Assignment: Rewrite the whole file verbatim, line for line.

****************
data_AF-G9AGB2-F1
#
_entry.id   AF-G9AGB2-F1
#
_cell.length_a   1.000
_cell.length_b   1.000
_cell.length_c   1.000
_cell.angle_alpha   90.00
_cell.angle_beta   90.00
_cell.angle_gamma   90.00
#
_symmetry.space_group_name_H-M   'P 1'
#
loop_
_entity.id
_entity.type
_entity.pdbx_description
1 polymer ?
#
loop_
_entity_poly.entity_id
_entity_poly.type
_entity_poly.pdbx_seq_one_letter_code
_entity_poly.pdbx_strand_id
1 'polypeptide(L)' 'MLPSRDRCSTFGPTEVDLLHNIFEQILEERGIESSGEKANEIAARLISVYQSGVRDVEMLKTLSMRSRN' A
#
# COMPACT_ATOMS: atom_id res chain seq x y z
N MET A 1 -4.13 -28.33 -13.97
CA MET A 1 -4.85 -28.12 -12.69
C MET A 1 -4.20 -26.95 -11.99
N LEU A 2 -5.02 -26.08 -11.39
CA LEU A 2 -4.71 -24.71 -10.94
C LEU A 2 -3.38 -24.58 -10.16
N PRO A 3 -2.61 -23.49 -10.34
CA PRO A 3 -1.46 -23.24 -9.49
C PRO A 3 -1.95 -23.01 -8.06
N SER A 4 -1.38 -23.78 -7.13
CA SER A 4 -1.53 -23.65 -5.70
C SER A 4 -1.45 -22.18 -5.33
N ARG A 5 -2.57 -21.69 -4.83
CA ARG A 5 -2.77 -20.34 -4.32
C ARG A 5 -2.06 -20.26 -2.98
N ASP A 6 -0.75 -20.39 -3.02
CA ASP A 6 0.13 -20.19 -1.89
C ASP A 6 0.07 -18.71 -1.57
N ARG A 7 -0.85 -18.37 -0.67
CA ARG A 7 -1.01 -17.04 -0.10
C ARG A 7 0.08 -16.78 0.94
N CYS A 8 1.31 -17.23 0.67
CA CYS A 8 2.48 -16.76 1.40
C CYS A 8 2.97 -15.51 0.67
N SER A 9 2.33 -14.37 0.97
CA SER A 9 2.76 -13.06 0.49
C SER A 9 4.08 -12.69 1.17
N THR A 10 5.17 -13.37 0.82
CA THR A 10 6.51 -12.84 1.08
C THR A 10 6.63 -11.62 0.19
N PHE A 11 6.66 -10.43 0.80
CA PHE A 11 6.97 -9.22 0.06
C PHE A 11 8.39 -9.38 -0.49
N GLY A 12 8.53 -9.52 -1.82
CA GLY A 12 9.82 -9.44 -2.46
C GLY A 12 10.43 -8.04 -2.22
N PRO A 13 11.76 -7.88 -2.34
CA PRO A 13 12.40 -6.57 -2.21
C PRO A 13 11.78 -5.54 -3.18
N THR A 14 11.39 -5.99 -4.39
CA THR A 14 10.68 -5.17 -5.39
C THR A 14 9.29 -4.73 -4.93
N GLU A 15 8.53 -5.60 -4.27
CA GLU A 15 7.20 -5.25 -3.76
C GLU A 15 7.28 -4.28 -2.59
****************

data_AF-G9AGB2-F1
#
_entry.id   AF-G9AGB2-F1
#
_cell.length_a   1.000
_cell.length_b   1.000
_cell.length_c   1.000
_cell.angle_alpha   90.00
_cell.angle_beta   90.00
_cell.angle_gamma   90.00
#
_symmetry.space_group_name_H-M   'P 1'
#
loop_
_entity.id
_entity.type
_entity.pdbx_description
1 polymer ?
#
loop_
_entity_poly.entity_id
_entity_poly.type
_entity_poly.pdbx_seq_one_letter_code
_entity_poly.pdbx_strand_id
1 'polypeptide(L)' 'MLPSRDRCSTFGPTEVDLLHNIFEQILEERGIESSGEKANEIAARLISVYQSGVRDVEMLKTLSMRSRN' A
#
# COMPACT_ATOMS: atom_id res chain seq x y z
N MET A 1 -4.13 -28.33 -13.97
CA MET A 1 -4.85 -28.12 -12.69
C MET A 1 -4.20 -26.95 -11.99
N LEU A 2 -5.02 -26.08 -11.39
CA LEU A 2 -4.71 -24.71 -10.94
C LEU A 2 -3.38 -24.58 -10.16
N PRO A 3 -2.61 -23.49 -10.34
CA PRO A 3 -1.46 -23.24 -9.49
C PRO A 3 -1.95 -23.01 -8.06
N SER A 4 -1.38 -23.78 -7.13
CA SER A 4 -1.53 -23.65 -5.70
C SER A 4 -1.45 -22.18 -5.33
N ARG A 5 -2.57 -21.69 -4.83
CA ARG A 5 -2.77 -20.34 -4.32
C ARG A 5 -2.06 -20.26 -2.98
N ASP A 6 -0.75 -20.39 -3.02
CA ASP A 6 0.13 -20.19 -1.89
C ASP A 6 0.07 -18.71 -1.57
N ARG A 7 -0.85 -18.37 -0.67
CA ARG A 7 -1.01 -17.04 -0.10
C ARG A 7 0.08 -16.78 0.94
N CYS A 8 1.31 -17.23 0.67
CA CYS A 8 2.48 -16.76 1.40
C CYS A 8 2.97 -15.51 0.67
N SER A 9 2.33 -14.37 0.97
CA SER A 9 2.76 -13.06 0.49
C SER A 9 4.08 -12.69 1.17
N THR A 10 5.17 -13.37 0.82
CA THR A 10 6.51 -12.84 1.08
C THR A 10 6.63 -11.62 0.19
N PHE A 11 6.66 -10.43 0.80
CA PHE A 11 6.97 -9.22 0.06
C PHE A 11 8.39 -9.38 -0.49
N GLY A 12 8.53 -9.52 -1.82
CA GLY A 12 9.82 -9.44 -2.46
C GLY A 12 10.43 -8.04 -2.22
N PRO A 13 11.76 -7.88 -2.34
CA PRO A 13 12.40 -6.57 -2.21
C PRO A 13 11.78 -5.54 -3.18
N THR A 14 11.39 -5.99 -4.39
CA THR A 14 10.68 -5.17 -5.39
C THR A 14 9.29 -4.73 -4.93
N GLU A 15 8.53 -5.60 -4.27
CA GLU A 15 7.20 -5.25 -3.76
C GLU A 15 7.28 -4.28 -2.59